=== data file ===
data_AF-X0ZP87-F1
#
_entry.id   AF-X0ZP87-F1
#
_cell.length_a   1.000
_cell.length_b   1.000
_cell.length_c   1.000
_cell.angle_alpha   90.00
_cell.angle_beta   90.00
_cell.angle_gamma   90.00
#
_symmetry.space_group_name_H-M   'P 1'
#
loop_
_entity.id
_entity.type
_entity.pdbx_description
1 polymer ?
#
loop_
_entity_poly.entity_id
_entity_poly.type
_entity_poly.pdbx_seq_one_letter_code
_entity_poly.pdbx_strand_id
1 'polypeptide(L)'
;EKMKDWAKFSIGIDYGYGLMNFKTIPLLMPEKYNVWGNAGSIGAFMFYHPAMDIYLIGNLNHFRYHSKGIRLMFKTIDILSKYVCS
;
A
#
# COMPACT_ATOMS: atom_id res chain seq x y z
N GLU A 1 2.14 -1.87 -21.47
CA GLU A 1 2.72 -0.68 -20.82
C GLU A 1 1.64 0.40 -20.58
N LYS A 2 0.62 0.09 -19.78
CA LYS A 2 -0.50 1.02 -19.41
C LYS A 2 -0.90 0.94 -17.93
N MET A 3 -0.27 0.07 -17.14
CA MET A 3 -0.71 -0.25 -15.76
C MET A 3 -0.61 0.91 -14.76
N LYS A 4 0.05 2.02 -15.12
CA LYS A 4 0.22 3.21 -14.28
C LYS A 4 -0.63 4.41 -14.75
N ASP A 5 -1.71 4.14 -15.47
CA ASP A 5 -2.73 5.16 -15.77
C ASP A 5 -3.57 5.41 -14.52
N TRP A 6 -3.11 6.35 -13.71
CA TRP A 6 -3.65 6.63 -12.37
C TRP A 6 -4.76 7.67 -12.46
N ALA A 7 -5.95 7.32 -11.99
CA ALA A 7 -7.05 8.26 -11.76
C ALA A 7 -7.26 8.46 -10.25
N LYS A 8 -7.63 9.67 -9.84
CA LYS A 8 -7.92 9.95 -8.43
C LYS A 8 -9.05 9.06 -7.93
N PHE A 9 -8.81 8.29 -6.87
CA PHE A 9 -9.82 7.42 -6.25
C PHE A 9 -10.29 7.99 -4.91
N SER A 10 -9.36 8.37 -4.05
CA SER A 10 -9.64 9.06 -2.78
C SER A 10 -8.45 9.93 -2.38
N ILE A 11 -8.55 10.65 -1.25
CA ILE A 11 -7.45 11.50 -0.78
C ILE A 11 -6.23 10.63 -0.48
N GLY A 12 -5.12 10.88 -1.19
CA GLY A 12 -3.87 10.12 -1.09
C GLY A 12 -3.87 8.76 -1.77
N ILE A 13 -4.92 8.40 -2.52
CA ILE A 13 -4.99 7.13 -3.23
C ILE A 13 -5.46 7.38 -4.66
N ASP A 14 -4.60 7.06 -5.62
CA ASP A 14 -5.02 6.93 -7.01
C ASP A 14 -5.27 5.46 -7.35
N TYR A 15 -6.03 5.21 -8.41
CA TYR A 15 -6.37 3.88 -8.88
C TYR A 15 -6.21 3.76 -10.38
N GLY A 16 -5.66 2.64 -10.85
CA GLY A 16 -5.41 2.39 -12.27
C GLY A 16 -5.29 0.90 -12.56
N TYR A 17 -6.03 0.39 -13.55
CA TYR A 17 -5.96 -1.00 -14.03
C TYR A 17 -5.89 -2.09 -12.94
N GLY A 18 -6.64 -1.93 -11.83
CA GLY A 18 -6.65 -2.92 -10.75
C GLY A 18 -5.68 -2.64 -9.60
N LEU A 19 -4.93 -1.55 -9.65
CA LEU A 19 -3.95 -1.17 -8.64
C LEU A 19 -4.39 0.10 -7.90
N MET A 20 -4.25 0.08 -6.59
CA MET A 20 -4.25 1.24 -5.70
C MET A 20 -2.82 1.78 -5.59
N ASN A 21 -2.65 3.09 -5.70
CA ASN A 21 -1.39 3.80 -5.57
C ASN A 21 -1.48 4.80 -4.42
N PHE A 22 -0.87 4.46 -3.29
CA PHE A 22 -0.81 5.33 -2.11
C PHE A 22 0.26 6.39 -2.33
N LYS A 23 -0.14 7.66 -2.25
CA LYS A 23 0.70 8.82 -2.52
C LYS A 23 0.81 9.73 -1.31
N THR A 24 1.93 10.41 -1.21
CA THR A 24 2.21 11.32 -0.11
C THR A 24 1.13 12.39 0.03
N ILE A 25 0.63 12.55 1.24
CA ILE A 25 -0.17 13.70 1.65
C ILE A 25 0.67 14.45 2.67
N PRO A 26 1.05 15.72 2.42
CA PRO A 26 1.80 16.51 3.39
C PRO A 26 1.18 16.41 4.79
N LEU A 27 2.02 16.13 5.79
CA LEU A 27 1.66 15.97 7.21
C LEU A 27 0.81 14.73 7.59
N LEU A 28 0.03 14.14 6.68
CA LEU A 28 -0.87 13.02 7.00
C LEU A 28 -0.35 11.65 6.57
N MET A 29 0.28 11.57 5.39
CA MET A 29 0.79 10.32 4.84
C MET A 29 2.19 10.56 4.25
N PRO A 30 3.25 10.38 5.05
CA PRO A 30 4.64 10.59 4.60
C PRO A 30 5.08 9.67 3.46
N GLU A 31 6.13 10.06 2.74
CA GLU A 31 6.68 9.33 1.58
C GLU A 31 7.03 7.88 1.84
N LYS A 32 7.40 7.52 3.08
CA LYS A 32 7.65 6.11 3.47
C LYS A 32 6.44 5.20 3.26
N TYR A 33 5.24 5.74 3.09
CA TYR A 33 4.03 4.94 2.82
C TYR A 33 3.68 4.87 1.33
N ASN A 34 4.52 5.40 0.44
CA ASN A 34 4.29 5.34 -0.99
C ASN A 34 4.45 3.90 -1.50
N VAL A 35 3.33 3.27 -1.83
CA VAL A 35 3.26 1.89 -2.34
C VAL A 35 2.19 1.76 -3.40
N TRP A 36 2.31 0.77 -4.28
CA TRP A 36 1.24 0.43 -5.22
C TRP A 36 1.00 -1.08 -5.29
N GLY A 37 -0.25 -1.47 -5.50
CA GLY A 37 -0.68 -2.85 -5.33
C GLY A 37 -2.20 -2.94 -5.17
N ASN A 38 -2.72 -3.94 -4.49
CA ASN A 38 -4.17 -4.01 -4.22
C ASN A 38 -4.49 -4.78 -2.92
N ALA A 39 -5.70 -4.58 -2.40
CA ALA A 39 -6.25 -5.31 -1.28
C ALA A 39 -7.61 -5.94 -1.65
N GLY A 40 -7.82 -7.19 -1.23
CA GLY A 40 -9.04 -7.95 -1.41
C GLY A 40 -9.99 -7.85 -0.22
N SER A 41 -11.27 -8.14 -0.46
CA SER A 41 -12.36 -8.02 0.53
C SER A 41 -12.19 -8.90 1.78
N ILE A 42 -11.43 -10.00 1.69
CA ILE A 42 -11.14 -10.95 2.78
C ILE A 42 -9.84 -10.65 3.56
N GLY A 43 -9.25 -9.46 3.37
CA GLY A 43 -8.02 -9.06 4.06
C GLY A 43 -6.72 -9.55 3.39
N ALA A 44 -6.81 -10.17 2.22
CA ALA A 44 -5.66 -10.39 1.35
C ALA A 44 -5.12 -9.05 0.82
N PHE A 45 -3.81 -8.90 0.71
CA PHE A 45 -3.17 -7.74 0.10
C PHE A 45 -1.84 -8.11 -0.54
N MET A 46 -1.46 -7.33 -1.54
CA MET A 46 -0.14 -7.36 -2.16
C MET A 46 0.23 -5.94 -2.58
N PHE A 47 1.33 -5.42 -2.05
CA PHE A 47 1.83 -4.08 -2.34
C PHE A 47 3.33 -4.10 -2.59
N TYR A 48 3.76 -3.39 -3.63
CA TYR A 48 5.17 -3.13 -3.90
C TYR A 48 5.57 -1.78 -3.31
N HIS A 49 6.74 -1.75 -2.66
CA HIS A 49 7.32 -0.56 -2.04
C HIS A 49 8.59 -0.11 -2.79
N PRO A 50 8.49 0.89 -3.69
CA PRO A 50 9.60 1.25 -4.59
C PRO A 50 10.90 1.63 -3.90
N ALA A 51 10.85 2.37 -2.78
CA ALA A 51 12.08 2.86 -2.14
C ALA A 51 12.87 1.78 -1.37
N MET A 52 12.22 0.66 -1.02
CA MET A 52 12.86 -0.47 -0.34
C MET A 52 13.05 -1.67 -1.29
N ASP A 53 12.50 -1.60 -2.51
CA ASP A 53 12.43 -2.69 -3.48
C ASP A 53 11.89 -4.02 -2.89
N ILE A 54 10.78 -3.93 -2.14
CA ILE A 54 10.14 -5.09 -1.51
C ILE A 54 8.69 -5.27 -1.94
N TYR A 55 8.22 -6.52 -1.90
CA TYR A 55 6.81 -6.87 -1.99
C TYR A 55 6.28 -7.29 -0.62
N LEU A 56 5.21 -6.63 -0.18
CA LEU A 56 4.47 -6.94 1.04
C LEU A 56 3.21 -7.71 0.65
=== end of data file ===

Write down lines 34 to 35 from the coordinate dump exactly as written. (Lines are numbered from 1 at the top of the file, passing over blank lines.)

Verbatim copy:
N LYS A 2 0.62 0.09 -19.78
CA LYS A 2 -0.50 1.02 -19.41